MFAReviewed By Jay Seaver
Posted 10/20/17 00:50:08
SCREENED AT THE 2017 FANTASIA INTERNATIONAL FILM FESTIVAL: Rape-revenge films are kind of nasty things, although this one at least had that it was written and directed by women going for it. That at least makes things a little less creepy and exploitative, if not necessarily different but one can perhaps watch it without second-guessing it so much. It's easier to watch a scene where a woman is painting naked as a sign of reclaiming her own agency where physicality is concerned and feel like that's actual intentions rather than an excuse that way, for sure, although it's still not the most creative way to tell this story.It takes place on the fictitious Balboa University, where Noelle (Francesca Eastwood) is a sweet young art student, kind of shy, doing work that her professor (Marlon Young) criticizes as being kind of conventional, though her friend and neighbor Skye (Leah McKendrick) is more encouraging. Still, she catches the eye of Luke (Peter Vack), a hunky classmate who asks her to to join him at a party at his frat's house, where he goes more than a bit too far. As is often the case, the school's counselor (Mary Price Moore) is no help, maybe not quite victim-blaming but clearly not advocating for her, and when Noelle goes to Luke to demand an apology… Well, she doesn't get one, but his falling over a railing is a different sort of satisfaction that she wouldn't mind feeling again.
Though less obviously misguided than some of its peers, M.F.A. is still a movie that can't help but feel like the filmmakers are checking things off, pointing out the things that you need to know and they need to say about campus rape culture but not necessarily digging deep into it or using that to establish a specific, unique situation. Noelle takes revenge for herself and others, in ways that are more real-world than elaborate, but finding new inspiration for her art as she stays just far enough ahead of the police to build up a little suspense. And, yes, that "new inspiration" bit is kind of gross no matter who is telling the story, although at least nobody brings up the idea that her horrible trauma may be a blessing in disguise. Director Natalia Leite and writer/co-star Leah McKendrick step fairly carefully in trying to avoid false notes, which gives their movie both a certain earnestness and a corresponding stiffness.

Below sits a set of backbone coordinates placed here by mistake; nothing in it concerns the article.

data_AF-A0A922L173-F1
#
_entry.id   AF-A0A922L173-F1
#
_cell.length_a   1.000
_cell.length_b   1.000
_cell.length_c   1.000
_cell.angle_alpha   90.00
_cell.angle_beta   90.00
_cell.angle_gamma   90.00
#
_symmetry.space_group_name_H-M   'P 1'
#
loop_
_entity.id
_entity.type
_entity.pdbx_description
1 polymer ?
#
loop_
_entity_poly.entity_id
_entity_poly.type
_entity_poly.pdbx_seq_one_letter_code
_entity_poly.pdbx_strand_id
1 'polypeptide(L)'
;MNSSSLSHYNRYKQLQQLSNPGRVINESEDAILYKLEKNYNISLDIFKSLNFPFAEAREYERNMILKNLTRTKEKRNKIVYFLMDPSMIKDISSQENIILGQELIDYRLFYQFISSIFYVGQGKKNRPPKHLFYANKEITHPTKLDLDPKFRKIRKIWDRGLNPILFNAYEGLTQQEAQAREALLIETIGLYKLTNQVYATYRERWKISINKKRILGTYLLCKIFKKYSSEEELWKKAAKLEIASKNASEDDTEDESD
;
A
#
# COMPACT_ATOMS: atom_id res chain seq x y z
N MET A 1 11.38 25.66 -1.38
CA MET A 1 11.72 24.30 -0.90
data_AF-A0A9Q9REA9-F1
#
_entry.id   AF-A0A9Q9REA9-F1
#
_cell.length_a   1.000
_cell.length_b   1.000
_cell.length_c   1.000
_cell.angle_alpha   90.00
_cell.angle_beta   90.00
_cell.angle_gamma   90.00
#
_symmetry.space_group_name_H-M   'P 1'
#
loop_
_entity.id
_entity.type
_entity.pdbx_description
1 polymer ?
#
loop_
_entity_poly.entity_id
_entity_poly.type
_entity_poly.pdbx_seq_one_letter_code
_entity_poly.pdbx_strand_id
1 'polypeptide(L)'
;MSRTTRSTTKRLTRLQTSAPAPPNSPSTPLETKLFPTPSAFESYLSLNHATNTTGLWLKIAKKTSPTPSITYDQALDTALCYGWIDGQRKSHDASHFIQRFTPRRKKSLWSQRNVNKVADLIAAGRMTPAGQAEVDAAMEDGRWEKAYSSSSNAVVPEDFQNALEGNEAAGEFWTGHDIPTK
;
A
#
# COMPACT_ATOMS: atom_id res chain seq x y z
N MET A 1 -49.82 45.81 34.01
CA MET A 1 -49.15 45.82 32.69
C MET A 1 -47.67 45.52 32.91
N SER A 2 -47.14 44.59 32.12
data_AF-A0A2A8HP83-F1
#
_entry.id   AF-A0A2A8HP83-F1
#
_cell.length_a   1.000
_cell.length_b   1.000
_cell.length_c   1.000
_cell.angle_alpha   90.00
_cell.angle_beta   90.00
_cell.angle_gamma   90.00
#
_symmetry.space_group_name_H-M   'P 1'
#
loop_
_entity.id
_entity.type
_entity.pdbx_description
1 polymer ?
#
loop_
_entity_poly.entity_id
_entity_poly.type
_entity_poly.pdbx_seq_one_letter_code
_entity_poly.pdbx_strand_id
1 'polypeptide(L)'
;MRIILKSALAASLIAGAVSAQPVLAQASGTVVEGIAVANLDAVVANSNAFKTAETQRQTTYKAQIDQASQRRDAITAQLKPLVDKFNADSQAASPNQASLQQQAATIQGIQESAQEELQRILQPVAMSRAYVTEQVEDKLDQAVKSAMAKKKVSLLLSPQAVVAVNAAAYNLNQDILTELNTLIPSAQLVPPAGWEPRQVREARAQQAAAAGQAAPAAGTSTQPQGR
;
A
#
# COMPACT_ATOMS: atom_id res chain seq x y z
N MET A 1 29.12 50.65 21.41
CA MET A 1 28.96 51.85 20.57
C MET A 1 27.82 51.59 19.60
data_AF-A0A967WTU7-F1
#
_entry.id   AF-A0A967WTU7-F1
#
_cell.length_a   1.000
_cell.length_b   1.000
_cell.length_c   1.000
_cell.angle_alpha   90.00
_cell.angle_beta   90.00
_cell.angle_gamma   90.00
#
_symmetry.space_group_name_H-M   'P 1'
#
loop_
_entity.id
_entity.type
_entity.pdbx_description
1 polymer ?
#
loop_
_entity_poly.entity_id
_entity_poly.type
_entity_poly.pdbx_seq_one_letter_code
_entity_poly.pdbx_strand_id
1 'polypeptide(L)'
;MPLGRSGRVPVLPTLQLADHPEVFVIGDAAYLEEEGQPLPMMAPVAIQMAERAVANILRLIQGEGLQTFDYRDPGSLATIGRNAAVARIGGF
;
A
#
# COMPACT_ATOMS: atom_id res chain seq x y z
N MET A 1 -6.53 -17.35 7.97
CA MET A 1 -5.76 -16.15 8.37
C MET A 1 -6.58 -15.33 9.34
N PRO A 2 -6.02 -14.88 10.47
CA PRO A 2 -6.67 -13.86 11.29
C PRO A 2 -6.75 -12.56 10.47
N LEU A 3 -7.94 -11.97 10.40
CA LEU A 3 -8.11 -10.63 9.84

And that makes the more melodramatic parts of the film a little harder to get a handle on. Leite punctuates these moments in memorable fashion - never more so than when she cuts from presenting Luke's fallen body as an inverted cross to a shocked Noelle presented with a disc shape behind her head serving as a halo for an avenging angel - and it's the sort of art reference that could perhaps serve to make one wonder just how much her ordeal has cracked Noelle's mind (or how close she was to the edge to start). That's not really the narrative Leite and McKendrick are going for, of course, so when the story calls for Noelle to do something larger-than-life, there's a bit of trouble breaking away from the lo-fi, earnest tone.
Despite that, the film goes a long way in large part due to a fine performance by Francesca Eastwood. She can rage and boil exceptionally well, and she's fantastic when she most needs to be in the immediate aftermath of Noelle's attack. She manages the contradictory aspects of her character well, too, and not just from scene to scene. As focused as Noelle becomes, she occasionally has a thing going on in the background where she seems to recognize the oddness of her using her sexuality to exact revenge, for instance, and she lets herself "overact" a bit in some scenes, as if she and Leite realize that a kind-of-privileged 22-year-old wouldn't really be rehearsing the way she confronts people in this situation. Most of the rest of the cast has a hard time measuring up, although few get much of an opportunity with the film's episodic nature of finding new predators and victims. Jess Nurse as a fellow survivor and David Huynh as a guy who seems to be trying to do things right wind up making the best impressions. Leah McKendrick writes herself a good part as the best friend, and expectedly does well by it.It's a bit surprising that "M.F.A." hasn't gotten a bit of a wider release given just how explosively rape culture got placed on film fans' radar with the Howard Weinstein scandal happening right around the same time; that likely makes this sort of film both more satisfying and enraging. It's not an ideal response to that sort of news, but then, part of the point is that there is no ideal response.
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